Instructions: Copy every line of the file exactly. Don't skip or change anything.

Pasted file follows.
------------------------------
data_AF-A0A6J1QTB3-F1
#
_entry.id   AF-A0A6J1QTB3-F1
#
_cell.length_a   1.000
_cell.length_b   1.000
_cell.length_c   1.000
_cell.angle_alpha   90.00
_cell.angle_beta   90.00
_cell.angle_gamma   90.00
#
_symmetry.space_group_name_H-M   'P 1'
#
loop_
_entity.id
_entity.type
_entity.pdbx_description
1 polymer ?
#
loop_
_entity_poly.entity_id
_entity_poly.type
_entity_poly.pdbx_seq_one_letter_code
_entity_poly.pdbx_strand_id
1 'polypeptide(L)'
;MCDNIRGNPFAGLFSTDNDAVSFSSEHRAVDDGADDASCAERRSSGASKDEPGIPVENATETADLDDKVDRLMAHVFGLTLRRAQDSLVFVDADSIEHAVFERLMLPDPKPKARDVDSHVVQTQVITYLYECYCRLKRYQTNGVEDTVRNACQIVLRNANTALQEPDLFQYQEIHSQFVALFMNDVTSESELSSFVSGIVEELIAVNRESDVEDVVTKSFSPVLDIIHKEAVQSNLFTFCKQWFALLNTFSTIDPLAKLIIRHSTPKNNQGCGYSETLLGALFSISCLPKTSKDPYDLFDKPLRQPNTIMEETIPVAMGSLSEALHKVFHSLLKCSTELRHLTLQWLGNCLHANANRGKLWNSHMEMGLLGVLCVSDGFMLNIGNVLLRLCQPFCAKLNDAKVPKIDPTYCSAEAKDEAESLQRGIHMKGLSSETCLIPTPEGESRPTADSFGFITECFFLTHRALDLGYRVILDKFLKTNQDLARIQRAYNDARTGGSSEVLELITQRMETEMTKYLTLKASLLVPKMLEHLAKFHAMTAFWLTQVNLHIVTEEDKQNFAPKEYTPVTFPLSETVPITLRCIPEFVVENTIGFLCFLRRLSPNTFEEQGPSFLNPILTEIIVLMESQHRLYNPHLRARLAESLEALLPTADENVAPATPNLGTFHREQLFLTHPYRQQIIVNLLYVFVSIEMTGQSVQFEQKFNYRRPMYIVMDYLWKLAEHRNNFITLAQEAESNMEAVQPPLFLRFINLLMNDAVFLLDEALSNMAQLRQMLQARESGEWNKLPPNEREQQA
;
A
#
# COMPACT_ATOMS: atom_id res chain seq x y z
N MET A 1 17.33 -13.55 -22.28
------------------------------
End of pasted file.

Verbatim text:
data_AF-A0A6J1QTB3-F1
#
_entry.id   AF-A0A6J1QTB3-F1
#
_cell.length_a   1.000
_cell.length_b   1.000
_cell.length_c   1.000
_cell.angle_alpha   90.00
_cell.angle_beta   90.00
_cell.angle_gamma   90.00
#
_symmetry.space_group_name_H-M   'P 1'
#
loop_
_entity.id
_entity.type
_entity.pdbx_description
1 polymer ?
#
loop_
_entity_poly.entity_id
_entity_poly.type
_entity_poly.pdbx_seq_one_letter_code
_entity_poly.pdbx_strand_id
1 'polypeptide(L)'
;MCDNIRGNPFAGLFSTDNDAVSFSSEHRAVDDGADDASCAERRSSGASKDEPGIPVENATETADLDDKVDRLMAHVFGLTLRRAQDSLVFVDADSIEHAVFERLMLPDPKPKARDVDSHVVQTQVITYLYECYCRLKRYQTNGVEDTVRNACQIVLRNANTALQEPDLFQYQEIHSQFVALFMNDVTSESELSSFVSGIVEELIAVNRESDVEDVVTKSFSPVLDIIHKEAVQSNLFTFCKQWFALLNTFSTIDPLAKLIIRHSTPKNNQGCGYSETLLGALFSISCLPKTSKDPYDLFDKPLRQPNTIMEETIPVAMGSLSEALHKVFHSLLKCSTELRHLTLQWLGNCLHANANRGKLWNSHMEMGLLGVLCVSDGFMLNIGNVLLRLCQPFCAKLNDAKVPKIDPTYCSAEAKDEAESLQRGIHMKGLSSETCLIPTPEGESRPTADSFGFITECFFLTHRALDLGYRVILDKFLKTNQDLARIQRAYNDARTGGSSEVLELITQRMETEMTKYLTLKASLLVPKMLEHLAKFHAMTAFWLTQVNLHIVTEEDKQNFAPKEYTPVTFPLSETVPITLRCIPEFVVENTIGFLCFLRRLSPNTFEEQGPSFLNPILTEIIVLMESQHRLYNPHLRARLAESLEALLPTADENVAPATPNLGTFHREQLFLTHPYRQQIIVNLLYVFVSIEMTGQSVQFEQKFNYRRPMYIVMDYLWKLAEHRNNFITLAQEAESNMEAVQPPLFLRFINLLMNDAVFLLDEALSNMAQLRQMLQARESGEWNKLPPNEREQQA
;
A
#
# COMPACT_ATOMS: atom_id res chain seq x y z
N MET A 1 17.33 -13.55 -22.28